02 July, 2012

Article about me

An article about me got published today on Livemint. It can be seen on this link.

This is what it says.

Back in 2008, Kiran Sawhney was a woman on a mission. After marriage and the birth of two children, Sawhney, a Delhi-based fitness trainer, weighed in at a plump and unhealthy 85kg. In February that year, she began a dedicated programme to get back to full fitness—four months later, she had dropped an incredible 30kg for a toned and svelte look.
For most people, such radical weight loss usually spells danger, but not for Sawhney. “What I did was a methodical, step-by-step programme that involved serious cardio, a very nutritious and well-balanced diet free of harmful fats and simple carbs, and a lot of weight training,” Sawhney, now 42, says. “There was no crash dieting or starving involved.”
The secret to her success? Combining all the elements of fitness in the right proportion.

Add resistance: The right amount of weight training can give you a toned and shapely body and the perfect posture
Add resistance: The right amount of weight training can give you a toned and shapely body and the perfect posture

“Women have no problems with dieting or cardio exercises like cycling or running, but few want to pick up weights,” Sawhney says. “But weight training is invaluable. It builds lean muscle, which in turn increases your metabolism and burns fat.” Sawhney focused mostly on functional weight training, where you do lifts like barbell squats that engage all the major muscles in your body, as opposed to lifts like the bicep curl that work just one muscle group.
Why do women shy away from weight training? The biggest reason is the belief that lifting weights equals bulky muscles, and undesirable hormonal effects like increased growth of body hair. This is simply not true.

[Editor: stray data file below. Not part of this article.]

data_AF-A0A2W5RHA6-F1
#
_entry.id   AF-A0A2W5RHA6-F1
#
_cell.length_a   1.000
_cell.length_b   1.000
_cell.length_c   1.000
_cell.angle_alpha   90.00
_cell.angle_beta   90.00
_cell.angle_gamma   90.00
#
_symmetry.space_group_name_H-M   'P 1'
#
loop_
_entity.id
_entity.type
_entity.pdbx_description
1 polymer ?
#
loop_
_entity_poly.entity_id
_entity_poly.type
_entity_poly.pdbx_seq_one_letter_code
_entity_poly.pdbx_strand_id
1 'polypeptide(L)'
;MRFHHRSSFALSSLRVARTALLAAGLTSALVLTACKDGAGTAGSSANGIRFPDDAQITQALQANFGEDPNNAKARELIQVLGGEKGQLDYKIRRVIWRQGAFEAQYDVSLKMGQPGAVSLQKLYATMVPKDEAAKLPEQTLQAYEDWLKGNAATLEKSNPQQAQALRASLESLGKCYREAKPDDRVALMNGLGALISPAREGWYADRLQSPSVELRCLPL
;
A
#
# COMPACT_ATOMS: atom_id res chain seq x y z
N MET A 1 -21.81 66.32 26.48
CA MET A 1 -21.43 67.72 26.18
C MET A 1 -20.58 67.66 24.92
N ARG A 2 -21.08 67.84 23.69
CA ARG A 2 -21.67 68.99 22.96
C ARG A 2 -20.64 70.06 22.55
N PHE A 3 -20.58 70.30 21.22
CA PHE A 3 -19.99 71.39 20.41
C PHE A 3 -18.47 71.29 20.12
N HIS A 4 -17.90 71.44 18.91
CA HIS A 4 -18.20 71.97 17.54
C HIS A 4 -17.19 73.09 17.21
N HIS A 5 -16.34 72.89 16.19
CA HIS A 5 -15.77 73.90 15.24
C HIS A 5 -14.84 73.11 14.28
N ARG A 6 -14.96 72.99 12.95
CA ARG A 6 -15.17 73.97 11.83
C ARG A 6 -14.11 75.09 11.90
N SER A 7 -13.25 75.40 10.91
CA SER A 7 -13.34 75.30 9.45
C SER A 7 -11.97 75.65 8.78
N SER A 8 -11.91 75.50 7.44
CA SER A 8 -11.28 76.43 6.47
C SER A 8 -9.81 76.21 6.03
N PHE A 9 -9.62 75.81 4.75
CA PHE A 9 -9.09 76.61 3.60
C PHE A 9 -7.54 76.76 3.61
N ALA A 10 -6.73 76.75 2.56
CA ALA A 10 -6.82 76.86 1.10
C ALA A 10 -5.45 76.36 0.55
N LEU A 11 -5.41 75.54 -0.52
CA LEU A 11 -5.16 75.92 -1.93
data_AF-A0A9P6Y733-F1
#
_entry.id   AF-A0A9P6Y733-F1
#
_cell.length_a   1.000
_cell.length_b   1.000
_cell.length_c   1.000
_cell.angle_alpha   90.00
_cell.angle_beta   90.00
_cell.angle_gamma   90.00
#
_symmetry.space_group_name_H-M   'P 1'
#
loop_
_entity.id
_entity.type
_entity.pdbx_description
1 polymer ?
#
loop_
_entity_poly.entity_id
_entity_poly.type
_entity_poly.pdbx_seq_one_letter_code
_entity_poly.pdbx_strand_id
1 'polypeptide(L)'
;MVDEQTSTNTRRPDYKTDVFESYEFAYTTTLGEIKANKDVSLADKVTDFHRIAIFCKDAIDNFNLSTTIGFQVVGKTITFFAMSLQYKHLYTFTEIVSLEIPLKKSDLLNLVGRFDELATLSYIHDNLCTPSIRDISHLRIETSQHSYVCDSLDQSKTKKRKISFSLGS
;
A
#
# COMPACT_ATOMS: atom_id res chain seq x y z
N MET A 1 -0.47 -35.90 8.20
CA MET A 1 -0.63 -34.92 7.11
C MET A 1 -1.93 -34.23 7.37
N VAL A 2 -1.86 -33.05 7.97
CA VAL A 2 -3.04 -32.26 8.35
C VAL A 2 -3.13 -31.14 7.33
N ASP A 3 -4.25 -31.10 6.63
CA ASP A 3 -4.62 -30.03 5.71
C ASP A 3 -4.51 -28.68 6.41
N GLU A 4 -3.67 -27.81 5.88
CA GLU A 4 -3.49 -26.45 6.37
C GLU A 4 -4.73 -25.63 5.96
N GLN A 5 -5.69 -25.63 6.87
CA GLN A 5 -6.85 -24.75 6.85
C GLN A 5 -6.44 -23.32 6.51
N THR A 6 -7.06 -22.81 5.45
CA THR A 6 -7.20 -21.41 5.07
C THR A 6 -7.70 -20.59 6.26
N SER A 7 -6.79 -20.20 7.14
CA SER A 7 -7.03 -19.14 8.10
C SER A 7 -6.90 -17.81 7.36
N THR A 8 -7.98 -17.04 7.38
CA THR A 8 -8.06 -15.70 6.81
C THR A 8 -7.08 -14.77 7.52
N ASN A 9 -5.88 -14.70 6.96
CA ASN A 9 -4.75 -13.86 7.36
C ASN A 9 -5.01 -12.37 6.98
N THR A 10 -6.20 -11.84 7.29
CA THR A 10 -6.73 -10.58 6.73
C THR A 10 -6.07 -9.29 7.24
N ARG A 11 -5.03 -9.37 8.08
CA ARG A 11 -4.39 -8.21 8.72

Weight training becomes even more important as women age. “Both your muscle mass and the density of your bones diminish with age, especially after 40,” Sawhney says. “Women are more susceptible to osteoporosis and arthritis. Weight training counters both these things—it increases and maintains bone density, and preserves muscle mass.”

Weigh your options
Train with a qualified person and give your muscles time to recover.
 It’s essential to get a qualified trainer to show you what exercises to do and how to do them. It is crucial to learn the correct form of an exercise while lifting weights—otherwise the gains are slow to come, and the risk of injury is high.
 Take your time while lifting. Most lifts don’t require you to jerk the weight around or to do countless repetitions as quickly as you can. This is usually detrimental. Instead, lift in a controlled manner, feel your muscles working. Inhale while lowering the weight and exhale while lifting, bracing your core.
 Always warm up with at least 10 minutes of cardio activity before beginning a weight-training session.
 Don’t do lots of repetitions with very light weights—there is little to gain from that. When you are just starting out, the best thing to do is pick a weight that will tire out your muscles by the 12th repetition of an exercise. You should be barely able to finish the 12th repetition. This provides the stimulus for muscles and bones to get stronger.
 Give your muscles time to recover. There is no need to do more than three 15- to 20-minute sessions of weight training in a week.
 Pick functional exercises—lunges, squats, deadlifts, cleans and bench-presses are good examples. These engage your entire body, which is what you need. There is no need to do exercises that only work one muscle group at a time unless you are a professional bodybuilder.
 Get better at body-weight exercises. You don’t always need weights for resistance training. In fact, it is ideal if you begin first by mastering body-weight exercises like the push-up, free squat, lunge and tricep dips before you begin training with weights.